Archive for the 'HTGSP' Category

Education beyond the Mesas: Hopi Students at Sherman Institute, 1902-1929 (University of Nebraska Press)

On Monday of this week the University of Nebraska Press released my book Education beyond the Mesas. My book examines the Hopi experience at Sherman Institute in Riverside, California, from 1902 to 1929. It is a story of resistance, accommodation, and ways Hopi pupils navigated within their village communities, U.S. government policies, and an institution that was designed to destroy their identities as American Indian people. Furthermore, my book is a story of agency, and it demonstrates how Hopi students used their culture to succeed at school, and examines the challenges the pupils faced when they returned to their homes on the reservation.

Thirty one years ago historian David Wallace Adams remarked that a “ study on the federal Indian boarding school system does not exist.” Today the field of Indian boarding schools has grown substantially with contributions from scholars such as Adams, K. Tsianina Lomawaima, Brenda Child, Clyde Ellis, and many others. Recent studies have focused on Indian health, literature, education policies, and the ways Indian pupils “turned the power” at schools originally designed to destroy American Indian cultures. A term used by historians Clifford E. Trafzer, Jean Keller, and Lorene Sisquoc, “turning the power” describes the ability of Native students to turn their educational experiences to their advantage, which often included bringing helpful knowledge and skills back to their indigenous communities.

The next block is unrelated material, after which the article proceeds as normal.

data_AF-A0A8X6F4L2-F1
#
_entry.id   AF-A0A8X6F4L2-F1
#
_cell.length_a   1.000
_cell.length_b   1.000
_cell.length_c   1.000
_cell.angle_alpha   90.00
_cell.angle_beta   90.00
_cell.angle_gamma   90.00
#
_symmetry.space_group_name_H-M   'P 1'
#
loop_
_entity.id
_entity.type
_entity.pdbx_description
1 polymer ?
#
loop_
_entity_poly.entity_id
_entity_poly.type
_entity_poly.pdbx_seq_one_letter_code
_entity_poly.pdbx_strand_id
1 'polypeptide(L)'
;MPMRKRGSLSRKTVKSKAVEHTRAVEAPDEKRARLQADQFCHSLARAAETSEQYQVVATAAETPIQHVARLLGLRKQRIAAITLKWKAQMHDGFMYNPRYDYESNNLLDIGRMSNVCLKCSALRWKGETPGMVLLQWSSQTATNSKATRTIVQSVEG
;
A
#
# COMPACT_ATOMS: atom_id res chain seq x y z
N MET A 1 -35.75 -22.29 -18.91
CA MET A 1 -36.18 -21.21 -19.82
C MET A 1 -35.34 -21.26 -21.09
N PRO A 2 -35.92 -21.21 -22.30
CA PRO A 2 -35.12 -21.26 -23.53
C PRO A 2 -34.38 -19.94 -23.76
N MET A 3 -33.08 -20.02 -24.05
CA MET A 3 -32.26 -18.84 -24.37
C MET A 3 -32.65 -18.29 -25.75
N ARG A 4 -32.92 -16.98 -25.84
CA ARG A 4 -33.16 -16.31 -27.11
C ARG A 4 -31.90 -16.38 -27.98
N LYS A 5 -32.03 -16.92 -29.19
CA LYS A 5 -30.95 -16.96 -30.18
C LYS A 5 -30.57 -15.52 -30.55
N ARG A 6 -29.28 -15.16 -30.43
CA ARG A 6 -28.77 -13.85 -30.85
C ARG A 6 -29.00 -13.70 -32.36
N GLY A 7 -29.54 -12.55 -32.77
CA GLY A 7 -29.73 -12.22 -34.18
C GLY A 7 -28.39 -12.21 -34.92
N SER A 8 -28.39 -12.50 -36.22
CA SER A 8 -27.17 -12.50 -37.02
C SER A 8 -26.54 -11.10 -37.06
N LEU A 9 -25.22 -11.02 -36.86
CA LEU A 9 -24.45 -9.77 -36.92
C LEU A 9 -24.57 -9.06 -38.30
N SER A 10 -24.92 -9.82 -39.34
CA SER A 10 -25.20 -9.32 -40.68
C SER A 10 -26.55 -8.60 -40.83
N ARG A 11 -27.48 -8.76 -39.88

In my book I examine the ways Hopis “turned the power” at Sherman Institute, and I build upon the work of several scholars including those who have written about the mandatory enrollment of Hopi students at U.S. government schools. While many books on Indian boarding schools examine the experiences of Native students who came from several communities, Education beyond the Mesas is a community specific book that seeks to understand the Hopi experience at Sherman Institute through a Hopi historical and cultural framework.  In the book’s Introduction, I argue that a community specific book on the Hopi places